I’m not really sure what the point of this Associated Press story, “King Arthur’s Legend Lives on at Tintagel” is. It’s being listed in the Travel section at USA Today and CNN.com, so I guess the point might be, “Hey, look at this castle. Maybe you’d like to go there,” but the story doesn’t really include the sorts of details that you’d need to plan a vacation there–like, what airport is nearby or who organizes tours of the area–so it can’t be that, exactly. The more pragmatic side of me suspects that the point is, “Hey, I have a brochure for Tintagel and a deadline. What a coincidence.”
Since I’m currently revising my chapter on Geoffrey of Monmouth, I was fully primed to unleash my inner medieval pedant on this fluff piece. Of the maybe six or so claims about the Arthurian legend, only maybe two are fully correct. But really, who wants to read me crowing about minor inconsistencies?* Instead, read me lamenting the cruel fate that has me chasing down footnotes hour upon hour when I could be phoning in articles like this for a major news organization.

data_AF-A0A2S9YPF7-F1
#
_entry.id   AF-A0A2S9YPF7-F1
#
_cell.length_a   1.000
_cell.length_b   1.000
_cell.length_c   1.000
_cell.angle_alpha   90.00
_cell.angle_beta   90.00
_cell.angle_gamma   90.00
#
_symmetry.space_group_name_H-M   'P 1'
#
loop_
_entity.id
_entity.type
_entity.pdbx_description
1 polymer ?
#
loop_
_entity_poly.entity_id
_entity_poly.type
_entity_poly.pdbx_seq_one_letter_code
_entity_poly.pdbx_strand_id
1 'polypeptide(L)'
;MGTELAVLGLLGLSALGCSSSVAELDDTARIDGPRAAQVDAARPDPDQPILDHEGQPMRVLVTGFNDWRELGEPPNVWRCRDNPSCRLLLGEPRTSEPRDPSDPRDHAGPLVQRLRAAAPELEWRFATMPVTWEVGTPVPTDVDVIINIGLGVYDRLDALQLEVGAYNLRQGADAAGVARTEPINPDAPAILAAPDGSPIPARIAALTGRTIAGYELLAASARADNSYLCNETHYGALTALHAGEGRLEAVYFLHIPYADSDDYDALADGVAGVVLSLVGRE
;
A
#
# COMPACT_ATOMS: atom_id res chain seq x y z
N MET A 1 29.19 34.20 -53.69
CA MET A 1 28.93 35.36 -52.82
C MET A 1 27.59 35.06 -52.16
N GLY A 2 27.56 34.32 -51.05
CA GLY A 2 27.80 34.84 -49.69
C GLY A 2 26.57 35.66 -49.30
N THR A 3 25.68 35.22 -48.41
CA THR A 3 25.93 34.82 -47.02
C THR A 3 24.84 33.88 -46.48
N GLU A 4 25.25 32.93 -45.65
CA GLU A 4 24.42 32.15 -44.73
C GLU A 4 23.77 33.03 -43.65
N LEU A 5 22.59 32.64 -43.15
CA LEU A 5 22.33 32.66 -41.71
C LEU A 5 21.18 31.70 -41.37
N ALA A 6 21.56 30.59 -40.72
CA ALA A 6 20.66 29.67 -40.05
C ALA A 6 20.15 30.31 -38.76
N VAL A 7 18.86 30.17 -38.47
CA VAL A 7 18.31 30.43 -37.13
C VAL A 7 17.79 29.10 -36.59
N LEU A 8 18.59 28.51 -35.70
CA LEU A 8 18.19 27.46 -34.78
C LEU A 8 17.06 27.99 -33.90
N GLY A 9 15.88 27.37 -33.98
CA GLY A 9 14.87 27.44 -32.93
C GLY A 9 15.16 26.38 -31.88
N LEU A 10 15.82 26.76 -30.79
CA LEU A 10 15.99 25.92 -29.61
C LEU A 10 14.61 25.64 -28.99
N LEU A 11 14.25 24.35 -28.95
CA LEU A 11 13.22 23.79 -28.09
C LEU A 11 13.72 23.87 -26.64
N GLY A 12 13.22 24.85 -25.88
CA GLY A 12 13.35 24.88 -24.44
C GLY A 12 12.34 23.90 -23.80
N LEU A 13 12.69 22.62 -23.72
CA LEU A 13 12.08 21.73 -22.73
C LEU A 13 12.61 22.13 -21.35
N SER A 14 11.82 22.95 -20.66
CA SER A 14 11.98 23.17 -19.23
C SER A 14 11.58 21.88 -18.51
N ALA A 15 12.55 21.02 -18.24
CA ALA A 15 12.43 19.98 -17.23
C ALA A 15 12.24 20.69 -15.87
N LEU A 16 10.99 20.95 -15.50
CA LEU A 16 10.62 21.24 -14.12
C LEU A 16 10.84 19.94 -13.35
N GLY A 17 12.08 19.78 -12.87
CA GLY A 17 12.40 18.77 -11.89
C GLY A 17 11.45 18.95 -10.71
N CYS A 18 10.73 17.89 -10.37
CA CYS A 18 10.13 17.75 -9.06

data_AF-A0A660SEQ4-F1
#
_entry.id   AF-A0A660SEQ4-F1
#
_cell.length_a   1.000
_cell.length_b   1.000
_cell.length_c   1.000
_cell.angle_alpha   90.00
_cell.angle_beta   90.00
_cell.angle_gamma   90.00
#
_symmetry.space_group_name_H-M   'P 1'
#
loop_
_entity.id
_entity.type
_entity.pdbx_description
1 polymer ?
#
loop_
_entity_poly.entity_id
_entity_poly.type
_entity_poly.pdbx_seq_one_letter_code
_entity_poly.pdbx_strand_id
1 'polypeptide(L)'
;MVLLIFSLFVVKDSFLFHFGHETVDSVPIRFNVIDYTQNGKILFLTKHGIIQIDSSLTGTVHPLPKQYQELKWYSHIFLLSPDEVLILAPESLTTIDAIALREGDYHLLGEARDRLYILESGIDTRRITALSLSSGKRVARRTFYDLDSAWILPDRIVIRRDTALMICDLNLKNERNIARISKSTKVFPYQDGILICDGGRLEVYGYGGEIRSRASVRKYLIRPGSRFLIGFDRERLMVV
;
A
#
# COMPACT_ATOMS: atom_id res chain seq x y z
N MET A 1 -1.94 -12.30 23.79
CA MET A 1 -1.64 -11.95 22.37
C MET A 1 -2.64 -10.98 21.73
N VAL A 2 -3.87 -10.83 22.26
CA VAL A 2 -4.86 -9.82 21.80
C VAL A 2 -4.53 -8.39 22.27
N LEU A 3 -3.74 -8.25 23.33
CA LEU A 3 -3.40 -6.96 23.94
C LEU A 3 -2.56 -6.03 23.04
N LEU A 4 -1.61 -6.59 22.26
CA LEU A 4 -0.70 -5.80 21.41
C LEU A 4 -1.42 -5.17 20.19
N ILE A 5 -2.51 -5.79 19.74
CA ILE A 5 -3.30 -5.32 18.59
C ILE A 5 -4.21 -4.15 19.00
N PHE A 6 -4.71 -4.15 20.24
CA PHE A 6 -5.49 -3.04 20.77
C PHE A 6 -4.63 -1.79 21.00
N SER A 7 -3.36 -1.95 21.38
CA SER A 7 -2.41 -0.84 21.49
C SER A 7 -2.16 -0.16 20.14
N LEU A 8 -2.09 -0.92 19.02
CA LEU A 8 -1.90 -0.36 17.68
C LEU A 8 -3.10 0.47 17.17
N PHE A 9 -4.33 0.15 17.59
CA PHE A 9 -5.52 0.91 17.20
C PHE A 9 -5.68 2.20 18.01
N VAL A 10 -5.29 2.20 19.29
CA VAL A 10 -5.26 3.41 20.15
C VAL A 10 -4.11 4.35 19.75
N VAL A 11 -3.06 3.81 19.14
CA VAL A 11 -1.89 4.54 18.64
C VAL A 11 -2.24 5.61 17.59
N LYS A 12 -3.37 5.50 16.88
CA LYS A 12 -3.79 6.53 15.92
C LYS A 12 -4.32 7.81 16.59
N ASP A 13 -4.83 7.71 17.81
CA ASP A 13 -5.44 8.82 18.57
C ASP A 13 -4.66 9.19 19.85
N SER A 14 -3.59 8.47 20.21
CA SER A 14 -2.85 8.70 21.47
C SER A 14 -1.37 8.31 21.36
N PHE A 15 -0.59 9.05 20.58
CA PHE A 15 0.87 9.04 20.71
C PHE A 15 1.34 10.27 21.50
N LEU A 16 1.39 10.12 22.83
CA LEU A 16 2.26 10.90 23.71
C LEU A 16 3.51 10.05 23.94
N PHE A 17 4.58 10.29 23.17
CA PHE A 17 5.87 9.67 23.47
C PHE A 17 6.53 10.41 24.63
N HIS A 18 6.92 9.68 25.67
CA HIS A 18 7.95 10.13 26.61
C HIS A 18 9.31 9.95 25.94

And since I’m not going to make a full post about it, let me put it in here. The About.com guy really has to be stopped.** I can understand listing this blog as European History Blog of the Week. There are 52 weeks, and probably only 57 European History Blogs. But even my minor little two paragraph post about King Arthur managed to land on About.com’s Medieval History blog summary on April 4. April 4 must have been a real slow news days for the Middle Ages, what with their having been over for nearly six-hundred years.
*For example: the article says that in Geoffrey’s Historia, Merlin demands Uther give him Arthur to raise in secret. But that doesn’t actually occur until Robert de Boron’s version of the story, about 50-60 years post-Geoffrey. Geoffrey tells us nothing about Arthur’s childhood. See how interesting that is? It’s definitely worth scrolling down to read this footnote.
**This just in: the About.com guy is a girl named Melissa Snell. For some reason, she always refers to me by my verboten real life name, instead of my mysterious internet handle, so I thought I’d return the favor.